William Edward “Billy” Sing, DCM, (1886-1943), was an Australian Sniper, of Chinese descent. He was credited with at least 150 “kills” at Gallipoli. Badly wounded, several times, he died in obscurity and poverty in Brisbane in 1943.

    In the state of Victoria, 89,000 men served overseas and 19,000 were killed. New South Wales lost 21,000, with another 50,000 wounded. Tasmania lost 2,900 men from the 15,000 that served.

  • The WW1 Australian war dead, include 2,800 sets of brothers. More than 150 families lost three sons and at least five more families lost four sons. One of the many sacrifices includes, Private, James Charles Marshall, the only son of six children, who died at Gallipoli aged 14, one of 20 Australian soldiers under the age of 18 known to have died in war. Also, the three Seabrook brothers, from Sydney, New South Wales, who were all killed at Passchendaele. Also Frederick and Maggie Smith, from the rural South Australian hamlet, Yongala (population 240), who are believed to have lost six of their seven sons in the war. None of their names appear on the Yongala ww1 Memorial, but three Potter brothers do  – all killed on the same day, at Mouquet Farm, the Somme, on the 3rd September 1916. The losses of the First World War would cast a long shadow over Australia for decades.

  • Some 1,500 war Australian memorials were built to remember the 62,000 that had been killed. Australian war memorials are distinctive in that they often commemorate all those who served, as well as the dead. This reflects the community effort to raise Australia’s first national army, all of which were volunteers and not conscripts. They reveal Australia’s Imperial and National identities, which at the time, were not seen as conflicting, the skills of local stonemasons, metal workers and architects and of popular taste. The “Digger” soldier statue, for example, was a particularly popular memorial, in working class, Queensland, embodying the “ANZAC spirit” and ideal Australian qualities, of loyalty, courage, youth, innocence and masculinity.

  • Sixty Three Australians were awarded the Victoria Cross, for their courage during WW1. 15,000 other bravery awards were also awarded.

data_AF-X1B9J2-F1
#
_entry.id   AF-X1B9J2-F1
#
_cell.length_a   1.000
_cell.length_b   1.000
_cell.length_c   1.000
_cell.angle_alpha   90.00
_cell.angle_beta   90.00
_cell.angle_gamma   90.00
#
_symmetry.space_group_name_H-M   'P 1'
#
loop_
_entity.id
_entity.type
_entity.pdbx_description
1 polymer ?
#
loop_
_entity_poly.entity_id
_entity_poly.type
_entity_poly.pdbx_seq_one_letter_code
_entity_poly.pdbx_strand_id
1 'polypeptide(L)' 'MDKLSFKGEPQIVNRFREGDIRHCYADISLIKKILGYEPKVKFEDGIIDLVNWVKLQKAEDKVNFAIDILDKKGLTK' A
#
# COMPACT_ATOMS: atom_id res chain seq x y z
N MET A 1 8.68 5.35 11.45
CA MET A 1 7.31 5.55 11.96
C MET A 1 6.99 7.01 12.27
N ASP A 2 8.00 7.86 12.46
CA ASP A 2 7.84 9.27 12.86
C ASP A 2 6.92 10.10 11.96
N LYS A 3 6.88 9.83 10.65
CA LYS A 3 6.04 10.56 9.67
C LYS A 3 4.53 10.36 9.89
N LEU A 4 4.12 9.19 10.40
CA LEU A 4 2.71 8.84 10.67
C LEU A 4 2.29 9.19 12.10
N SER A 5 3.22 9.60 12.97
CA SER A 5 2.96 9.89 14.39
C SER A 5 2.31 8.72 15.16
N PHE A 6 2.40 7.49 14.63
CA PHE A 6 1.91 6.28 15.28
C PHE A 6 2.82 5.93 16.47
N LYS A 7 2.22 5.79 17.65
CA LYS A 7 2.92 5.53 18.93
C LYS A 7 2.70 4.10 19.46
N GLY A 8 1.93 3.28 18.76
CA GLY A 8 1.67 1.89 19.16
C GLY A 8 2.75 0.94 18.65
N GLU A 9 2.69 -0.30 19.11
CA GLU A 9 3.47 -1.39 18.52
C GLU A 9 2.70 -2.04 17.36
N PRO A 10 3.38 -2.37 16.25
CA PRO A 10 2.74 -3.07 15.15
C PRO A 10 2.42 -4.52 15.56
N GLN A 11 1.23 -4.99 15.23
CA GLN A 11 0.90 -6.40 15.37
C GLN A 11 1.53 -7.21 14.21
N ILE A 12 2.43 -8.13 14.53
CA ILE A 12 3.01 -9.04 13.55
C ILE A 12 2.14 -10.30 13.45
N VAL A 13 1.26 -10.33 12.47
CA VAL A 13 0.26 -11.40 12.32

• Private, George Lawrence Price, (1892-1918), 28th Canadian Infantry, the last British Empire soldier killed in WW1. Killed outside Mons, Belgium, by a sniper at 10.58am, on 11/11/1918, just two minutes before the Armistice. Born in Falmouth, Nova Scotia, Price was aged 25.

    Similarly, Canada lost 62,000 and 172,000 wounded, out of 600,000 enlistments, with 424,000 serving overseas.  A casualty rate of approximately 39%. The small colony of Newfoundland also suffered 1,305 killed and several thousand wounded.

    About 60% of Canadian Troops had been born in Britain. Canadians developed a formidable fighting reputation during WW1. They stood fast at Ypres in 1915, captured Regina Trench, the longest trench on the Somme in November 1916, climbed the heights of Vimy Ridge, captured Passchendaele in 1917, and entered Mons on November 11, 1918. 11,007 Canadians are commemorated at the Vimy Memorial in France.  71 VC’s were awarded to Canadians during WW1.

    Mrs. Charlotte Susan Wood, of Chatham Kent and later Winnipeg, Manitoba. Mother of twelve sons who served in the war, five of whom were killed. She represented the Silver Cross Mothers of Canada at the unveiling of Canada’s National Memorial at Vimy Ridge, 26 July 1936. She wears the medals of her five dead sons.

    Francis Pegahmagabow, MM & Two Bars, a Canadian Sniper, credited with killing 378 Germans and capturing 300 more.
  • South Africa. With a population of roughly 6 million, between 1914 and 1918, over 250,000 South Africans of all races voluntarily served their country. South Africa played an important strategic role for the Allies during WW1, by capturing two German Colonies in Africa and helping the Royal Navy, keep the vital sea lanes open to Australia, the Middle East and India. Economically, South Africa supplied two thirds of the Gold to the British Empire, which purchased vital war materials.